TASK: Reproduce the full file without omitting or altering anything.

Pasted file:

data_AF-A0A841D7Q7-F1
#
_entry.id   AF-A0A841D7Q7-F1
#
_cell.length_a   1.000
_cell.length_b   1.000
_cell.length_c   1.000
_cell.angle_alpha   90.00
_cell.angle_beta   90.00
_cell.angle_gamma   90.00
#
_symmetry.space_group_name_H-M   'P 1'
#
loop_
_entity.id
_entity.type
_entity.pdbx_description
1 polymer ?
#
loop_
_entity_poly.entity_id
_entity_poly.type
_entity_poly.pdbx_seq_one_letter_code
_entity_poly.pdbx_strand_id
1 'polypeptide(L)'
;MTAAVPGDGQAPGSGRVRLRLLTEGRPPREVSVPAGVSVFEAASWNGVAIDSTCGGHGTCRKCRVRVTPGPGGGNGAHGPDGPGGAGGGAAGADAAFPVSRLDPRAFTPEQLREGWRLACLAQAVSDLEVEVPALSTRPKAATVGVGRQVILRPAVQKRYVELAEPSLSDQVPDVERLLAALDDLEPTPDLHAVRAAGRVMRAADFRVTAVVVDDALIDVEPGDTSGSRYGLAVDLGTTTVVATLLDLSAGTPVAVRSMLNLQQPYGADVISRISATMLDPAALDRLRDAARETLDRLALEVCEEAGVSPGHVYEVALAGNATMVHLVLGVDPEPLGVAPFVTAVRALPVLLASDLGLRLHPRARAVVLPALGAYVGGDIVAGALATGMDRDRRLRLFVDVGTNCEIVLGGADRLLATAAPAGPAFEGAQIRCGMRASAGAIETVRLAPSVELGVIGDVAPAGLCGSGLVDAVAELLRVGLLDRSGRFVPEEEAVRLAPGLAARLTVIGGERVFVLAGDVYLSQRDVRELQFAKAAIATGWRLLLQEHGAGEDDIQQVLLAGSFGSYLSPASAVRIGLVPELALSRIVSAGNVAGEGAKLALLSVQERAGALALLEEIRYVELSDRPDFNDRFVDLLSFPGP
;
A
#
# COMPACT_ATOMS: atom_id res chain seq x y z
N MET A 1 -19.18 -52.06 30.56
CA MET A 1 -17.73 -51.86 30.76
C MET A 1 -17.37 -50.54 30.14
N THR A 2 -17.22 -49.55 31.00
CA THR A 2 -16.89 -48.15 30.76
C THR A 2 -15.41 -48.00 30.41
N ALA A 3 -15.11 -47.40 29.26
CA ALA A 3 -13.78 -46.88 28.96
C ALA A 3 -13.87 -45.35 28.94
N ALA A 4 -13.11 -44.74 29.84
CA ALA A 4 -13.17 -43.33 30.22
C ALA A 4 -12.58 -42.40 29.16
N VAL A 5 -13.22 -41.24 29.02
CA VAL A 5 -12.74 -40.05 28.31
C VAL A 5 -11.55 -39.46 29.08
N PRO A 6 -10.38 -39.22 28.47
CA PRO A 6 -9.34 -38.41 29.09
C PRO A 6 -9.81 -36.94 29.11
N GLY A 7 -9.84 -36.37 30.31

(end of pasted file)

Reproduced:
data_AF-A0A841D7Q7-F1
#
_entry.id   AF-A0A841D7Q7-F1
#
_cell.length_a   1.000
_cell.length_b   1.000
_cell.length_c   1.000
_cell.angle_alpha   90.00
_cell.angle_beta   90.00
_cell.angle_gamma   90.00
#
_symmetry.space_group_name_H-M   'P 1'
#
loop_
_entity.id
_entity.type
_entity.pdbx_description
1 polymer ?
#
loop_
_entity_poly.entity_id
_entity_poly.type
_entity_poly.pdbx_seq_one_letter_code
_entity_poly.pdbx_strand_id
1 'polypeptide(L)'
;MTAAVPGDGQAPGSGRVRLRLLTEGRPPREVSVPAGVSVFEAASWNGVAIDSTCGGHGTCRKCRVRVTPGPGGGNGAHGPDGPGGAGGGAAGADAAFPVSRLDPRAFTPEQLREGWRLACLAQAVSDLEVEVPALSTRPKAATVGVGRQVILRPAVQKRYVELAEPSLSDQVPDVERLLAALDDLEPTPDLHAVRAAGRVMRAADFRVTAVVVDDALIDVEPGDTSGSRYGLAVDLGTTTVVATLLDLSAGTPVAVRSMLNLQQPYGADVISRISATMLDPAALDRLRDAARETLDRLALEVCEEAGVSPGHVYEVALAGNATMVHLVLGVDPEPLGVAPFVTAVRALPVLLASDLGLRLHPRARAVVLPALGAYVGGDIVAGALATGMDRDRRLRLFVDVGTNCEIVLGGADRLLATAAPAGPAFEGAQIRCGMRASAGAIETVRLAPSVELGVIGDVAPAGLCGSGLVDAVAELLRVGLLDRSGRFVPEEEAVRLAPGLAARLTVIGGERVFVLAGDVYLSQRDVRELQFAKAAIATGWRLLLQEHGAGEDDIQQVLLAGSFGSYLSPASAVRIGLVPELALSRIVSAGNVAGEGAKLALLSVQERAGALALLEEIRYVELSDRPDFNDRFVDLLSFPGP
;
A
#
# COMPACT_ATOMS: atom_id res chain seq x y z
N MET A 1 -19.18 -52.06 30.56
CA MET A 1 -17.73 -51.86 30.76
C MET A 1 -17.37 -50.54 30.14
N THR A 2 -17.22 -49.55 31.00
CA THR A 2 -16.89 -48.15 30.76
C THR A 2 -15.41 -48.00 30.41
N ALA A 3 -15.11 -47.40 29.26
CA ALA A 3 -13.78 -46.88 28.96
C ALA A 3 -13.87 -45.35 28.94
N ALA A 4 -13.11 -44.74 29.84
CA ALA A 4 -13.17 -43.33 30.22
C ALA A 4 -12.58 -42.40 29.16
N VAL A 5 -13.22 -41.24 29.02
CA VAL A 5 -12.74 -40.05 28.31
C VAL A 5 -11.55 -39.46 29.08
N PRO A 6 -10.38 -39.22 28.47
CA PRO A 6 -9.34 -38.41 29.09
C PRO A 6 -9.81 -36.94 29.11
N GLY A 7 -9.84 -36.37 30.31